The Truth Behind Babyface

Have you recently been…

  • asked what grade you’re going into although you're 22?

  • carded at a PG-13 movie?

  • confused for the intern at work?

  • troubled buying age-appropriate clothes?

If you answered yes to any of these, you might have a babyface.

As someone who works with teenagers and has a babyface, I'm frequently counted in attendance as one of the students. We had a mismatch in numbers recently and I chimed in to say, “Did you count me?” which brought my coworker to laughing tears. He did.

So what exactly is the phenomenon of babyface? And is it something new?

Babyface is maintaining a young face, sometimes symmetrical, that does not appear to age as you do. It spans all different ages, genders, ethnicities, and races, and truly does what it says – makes your face look like a baby’s.

In a study released by Brandeis University professors Zebrowitz and Franklin, babyface-ness was analyzed questioning people’s competence, health, hostility, untrustworthiness, and attractiveness in both older and younger subjects. Unsurprisingly, people with a higher babyface were less hostile and more trustworthy, but they appeared about as competent and healthy as those with low babyface-ness. These questions were asked of both younger and older people, and in both groups the results were close to the same. While those of us with a younger-looking face may see it as a hassle and a problem, in actuality we may have the better end of the bargain. 

Upon judgment on first appearances, we are lucky to have our image of warmness, trustworthiness, and kindness. The innocence in our faces provides us a shroud of likability otherwise not granted to those endowed with a more mature, age-appropriate face. The phenomenon of a “first impression” is not new, stretching from ancient Greeks in 500 BCE to Mickey Mouse and gangsters in the 1930s. We make the call whether to trust someone or not in the blink of an eye.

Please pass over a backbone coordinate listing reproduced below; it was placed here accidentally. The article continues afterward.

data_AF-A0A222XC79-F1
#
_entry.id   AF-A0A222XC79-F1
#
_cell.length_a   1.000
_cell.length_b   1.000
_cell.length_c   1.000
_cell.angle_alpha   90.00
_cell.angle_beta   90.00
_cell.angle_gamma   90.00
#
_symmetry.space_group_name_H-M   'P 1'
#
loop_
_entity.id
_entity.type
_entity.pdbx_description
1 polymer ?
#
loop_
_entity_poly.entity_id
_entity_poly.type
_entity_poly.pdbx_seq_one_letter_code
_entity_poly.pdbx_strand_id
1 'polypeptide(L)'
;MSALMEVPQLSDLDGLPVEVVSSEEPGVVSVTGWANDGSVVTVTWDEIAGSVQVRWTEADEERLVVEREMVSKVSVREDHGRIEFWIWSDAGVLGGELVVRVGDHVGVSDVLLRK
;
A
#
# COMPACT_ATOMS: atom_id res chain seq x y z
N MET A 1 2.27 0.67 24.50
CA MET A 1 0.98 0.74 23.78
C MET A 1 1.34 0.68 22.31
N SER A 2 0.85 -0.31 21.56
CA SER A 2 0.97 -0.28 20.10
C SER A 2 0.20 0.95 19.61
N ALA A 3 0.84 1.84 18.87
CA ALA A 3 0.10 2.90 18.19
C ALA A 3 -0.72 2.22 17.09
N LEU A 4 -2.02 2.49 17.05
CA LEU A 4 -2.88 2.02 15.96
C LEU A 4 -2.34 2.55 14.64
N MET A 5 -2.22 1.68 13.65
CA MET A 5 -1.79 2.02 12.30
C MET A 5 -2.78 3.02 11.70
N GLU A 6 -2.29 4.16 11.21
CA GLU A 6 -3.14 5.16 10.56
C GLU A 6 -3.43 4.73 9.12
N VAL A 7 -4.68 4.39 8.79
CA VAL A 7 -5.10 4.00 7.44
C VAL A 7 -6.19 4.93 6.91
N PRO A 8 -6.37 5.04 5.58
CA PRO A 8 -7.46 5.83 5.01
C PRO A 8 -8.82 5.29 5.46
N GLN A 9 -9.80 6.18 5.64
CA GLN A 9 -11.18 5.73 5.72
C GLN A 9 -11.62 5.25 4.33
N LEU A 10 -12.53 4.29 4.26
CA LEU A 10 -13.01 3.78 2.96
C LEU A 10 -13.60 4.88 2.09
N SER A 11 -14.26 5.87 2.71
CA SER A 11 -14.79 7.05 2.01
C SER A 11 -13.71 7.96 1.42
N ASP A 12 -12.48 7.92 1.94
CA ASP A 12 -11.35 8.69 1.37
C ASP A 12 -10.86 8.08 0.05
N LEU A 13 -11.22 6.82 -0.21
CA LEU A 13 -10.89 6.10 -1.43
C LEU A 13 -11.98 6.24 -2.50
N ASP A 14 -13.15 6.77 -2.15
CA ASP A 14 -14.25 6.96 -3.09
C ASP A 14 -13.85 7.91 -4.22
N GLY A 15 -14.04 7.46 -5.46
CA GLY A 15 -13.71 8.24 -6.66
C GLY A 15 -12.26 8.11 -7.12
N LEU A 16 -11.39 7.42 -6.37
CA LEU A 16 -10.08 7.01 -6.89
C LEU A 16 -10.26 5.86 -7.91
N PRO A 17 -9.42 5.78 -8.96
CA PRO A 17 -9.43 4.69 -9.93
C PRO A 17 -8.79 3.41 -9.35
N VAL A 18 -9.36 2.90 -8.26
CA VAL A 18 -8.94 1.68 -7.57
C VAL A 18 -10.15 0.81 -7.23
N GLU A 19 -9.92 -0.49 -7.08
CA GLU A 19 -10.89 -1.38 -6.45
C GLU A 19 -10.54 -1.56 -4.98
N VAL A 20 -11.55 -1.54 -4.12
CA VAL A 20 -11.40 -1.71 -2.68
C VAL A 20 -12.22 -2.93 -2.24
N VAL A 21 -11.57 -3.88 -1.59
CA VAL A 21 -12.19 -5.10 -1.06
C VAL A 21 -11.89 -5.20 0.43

Babyface only works to the advantage of the innocent, according to Eric Hehman of Ryerson University, “except when it is clear the person did the crime on purpose.” People struggle to equate babyface with doing wrong, so when someone breaks that mold the face can transform to a punchable face rather than innocent babyface. 

If you too look at least five years younger than your actual age, you are not alone. VH1 lists a variety of actors who kept their babyface throughout their career, including Ellen Page, Lucy Hale, and Dakota Fanning. These women hold strong roles in the entertainment industry, babyface and all. You've probably traded stories with fellow babyface survivors of times you were mistaken for the unaccompanied minor on the plane (as a teenager) or how surprised people are when you tell them you graduated college, like, years ago. The commonality of babyface is universal—just look around and you’ll see it.

Thousands of years ago, when humans started judging others based on appearance (some things never change), babyface began. Today it's a common phrase in pop culture and, if you're the bearer of babyface yourself, something you learn to laugh about and embrace. What's not to love about being perceived as trustworthy and kind? So while it doesn’t help to wear pigtails and chat loudly about Disney movies, babyface is actually a helpful tool in new social situations. Wear it strong and live life—as long as you aren’t carded to get in.

Feature photo by Tim Bish via Unsplash